Cowley: Air Pollution is Not a New Cause of Death


Kevin Cody

An overview of the Salt Lake Valley showing the a layer of pollution over the city. Image was taken near H-Rock in Salt Lake City, Utah on Jan. 27, 2021. (Photo by Kevin Cody | The Daily Utah Chronicle)

By Elle Cowley, Multimedia Managing Editor


The first time I saw an inversion I just assumed it would dissipate as the day went on as fog does in my home state, but as the week went on it only seemed to get worse. The blanket of haze just seemed to get thicker and thicker. As the inversion got thicker, it slowly crept up the mountains. One day, I couldn’t even see the sun because the haze had blocked it out. Being outside was not an option, because after thirty minutes my head would start to hurt. Since moving here five months ago, one of the most disheartening things for me is waking up and looking out the window to see Salt Lake covered in a blanket of smog.

Inversions are actually a natural occurrence. During the winter cold air will get trapped under warmer air. Since the valley is surrounded by mountains, inversions tend to last for longer periods of time. Not only does air get trapped in one place, but many pollutants from the valley get trapped as well. Emissions from vehicles, oil refineries and buildings are trapped in the inversion, severely impacting the air quality. During the winters here, the air quality index (AQI) can regularly get to above 100, which is categorized as unhealthy for sensitive groups.

Cause of Death: Bad Air

In response to Utah’s air quality problem, a new bill has been proposed in this year’s legislative session. House Bill 109 would allow coroners to put “Air Pollution” as a cause of death on a person’s death certificate. If passed, this bill could provide some insight into the true cost of air pollution in Utah.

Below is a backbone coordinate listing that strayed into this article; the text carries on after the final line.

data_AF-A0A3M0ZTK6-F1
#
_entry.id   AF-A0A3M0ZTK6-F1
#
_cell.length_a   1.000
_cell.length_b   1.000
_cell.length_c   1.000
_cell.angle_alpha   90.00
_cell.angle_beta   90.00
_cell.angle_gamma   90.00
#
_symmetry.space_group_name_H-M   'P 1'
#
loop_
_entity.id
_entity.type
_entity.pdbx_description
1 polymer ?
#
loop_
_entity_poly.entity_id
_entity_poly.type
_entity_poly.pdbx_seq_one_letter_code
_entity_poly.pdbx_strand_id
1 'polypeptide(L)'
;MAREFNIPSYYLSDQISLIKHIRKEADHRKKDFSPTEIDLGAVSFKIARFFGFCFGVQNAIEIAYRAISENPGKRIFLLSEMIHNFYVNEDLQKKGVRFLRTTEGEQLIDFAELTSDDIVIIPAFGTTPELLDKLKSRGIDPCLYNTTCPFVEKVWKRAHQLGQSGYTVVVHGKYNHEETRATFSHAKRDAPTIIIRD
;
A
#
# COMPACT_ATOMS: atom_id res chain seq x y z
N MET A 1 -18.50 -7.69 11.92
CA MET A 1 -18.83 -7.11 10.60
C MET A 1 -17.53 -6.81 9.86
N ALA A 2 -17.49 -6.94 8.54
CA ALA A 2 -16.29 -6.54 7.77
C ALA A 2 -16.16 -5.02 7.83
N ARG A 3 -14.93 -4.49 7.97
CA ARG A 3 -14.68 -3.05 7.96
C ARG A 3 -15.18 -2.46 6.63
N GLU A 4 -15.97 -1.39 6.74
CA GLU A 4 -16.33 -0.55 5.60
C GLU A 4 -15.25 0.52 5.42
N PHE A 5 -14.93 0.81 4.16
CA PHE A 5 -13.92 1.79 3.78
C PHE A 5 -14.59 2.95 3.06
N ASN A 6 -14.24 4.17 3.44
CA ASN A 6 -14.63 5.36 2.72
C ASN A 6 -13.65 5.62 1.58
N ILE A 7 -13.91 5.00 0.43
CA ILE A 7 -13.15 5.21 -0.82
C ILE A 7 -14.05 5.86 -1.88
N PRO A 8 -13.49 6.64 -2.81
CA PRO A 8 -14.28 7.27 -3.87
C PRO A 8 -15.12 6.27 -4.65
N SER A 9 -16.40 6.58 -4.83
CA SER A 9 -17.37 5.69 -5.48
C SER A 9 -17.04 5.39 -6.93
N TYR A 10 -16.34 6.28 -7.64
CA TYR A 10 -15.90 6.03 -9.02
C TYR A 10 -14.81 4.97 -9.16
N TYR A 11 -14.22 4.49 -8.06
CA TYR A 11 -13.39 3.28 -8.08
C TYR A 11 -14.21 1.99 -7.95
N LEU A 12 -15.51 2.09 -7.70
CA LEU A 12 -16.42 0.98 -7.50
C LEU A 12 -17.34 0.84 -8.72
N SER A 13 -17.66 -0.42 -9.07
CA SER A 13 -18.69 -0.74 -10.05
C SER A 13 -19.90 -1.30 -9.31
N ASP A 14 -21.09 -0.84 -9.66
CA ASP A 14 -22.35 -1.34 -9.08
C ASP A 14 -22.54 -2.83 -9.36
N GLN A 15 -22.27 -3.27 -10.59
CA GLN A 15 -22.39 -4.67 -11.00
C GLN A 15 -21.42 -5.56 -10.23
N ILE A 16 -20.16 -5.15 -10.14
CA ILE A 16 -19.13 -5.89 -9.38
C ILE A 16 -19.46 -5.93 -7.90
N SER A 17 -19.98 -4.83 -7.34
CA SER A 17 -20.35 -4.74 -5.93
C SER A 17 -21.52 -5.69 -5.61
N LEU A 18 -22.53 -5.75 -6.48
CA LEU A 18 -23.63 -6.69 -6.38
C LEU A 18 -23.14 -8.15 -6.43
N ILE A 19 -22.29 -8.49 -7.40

Legislators who support the bill believe that the bill could also provide compelling evidence to enact stronger legislation to reduce air pollution. This bill has a high chance of passing in the legislature, and the data it could provide would be extremely valuable to the general public and researchers alike.

According to Dr. Tabitha M. Benney, who specializes in researching air pollution and its effects on Utah’s population, believes the data collected from H.B 109 could be extremely valuable to researchers. She said, “I don’t know how many people would actually look at the death certificate, but what it’ll allow us to do as researchers is to start accumulating more evidence that that was related to air pollution.” Being able to demonstrate the health and economic costs of air pollution in Utah is an important tool to persuade lawmakers to do more about Utah’s unhealthy air.

While the AQI may list air quality over 100 as unhealthy to sensitive groups, poor air quality affects everyone. People who live in areas with poor air quality have shorter life expectancies. They are also at a higher risk of developing conditions such as Heart Disease and Chronic Obstructive Pulmonary Disease (COPD).

Air pollution adversely affects our most vulnerable populations, especially those in lower-income brackets, children and our elderly. “We’ve already seen and established through a few studies now that children exposed to [poor] air quality have lower testing scores.” Benney said. “It’s actually impacting their development and their cognitive abilities.” Studies have shown that air quality can cause complications in pregnancy and delivery as well, resulting in birth defects, low birth weights and stillbirths. Many Utahns aren’t even aware of the effects air pollution can have. Bad air quality has serious lifelong consequences for the people who are exposed to it, so what has Utah done to mitigate this problem?

A Policy to Root For

This year, a legislation package named Prosperity2030  seeks to not only reduce vehicle emissions by creating incentives for vehicle owners to own cars with lower emission rates but also wants to introduce a cap and trade system to cut down on industrial pollution.

While the optimist in me hopes that this legislature package is passed, the realist knows the chances of something so drastic has little to no chance of making it through the Utah legislature. Last year House Concurrent Resolution 05, which encouraged Utah to begin reducing emissions to improve air quality, was overturned. In 2020, H.B 176 which would have worked to reduce vehicle emissions was also rejected by the legislature. Lawmakers in Utah have a history of shooting down bills and resolutions that address the air quality issue, which is incredibly discouraging.

Living in Utah, I’ve felt helpless to the effects of air pollution. No one should die of bad air quality, and the fact that the bill that will allow air pollution to be put as a cause of death is the most likely air quality-related bill to pass this session is disheartening. I can only hope that the data gathered from this bill can persuade lawmakers in the future to take more direct action against Utah’s bad air.


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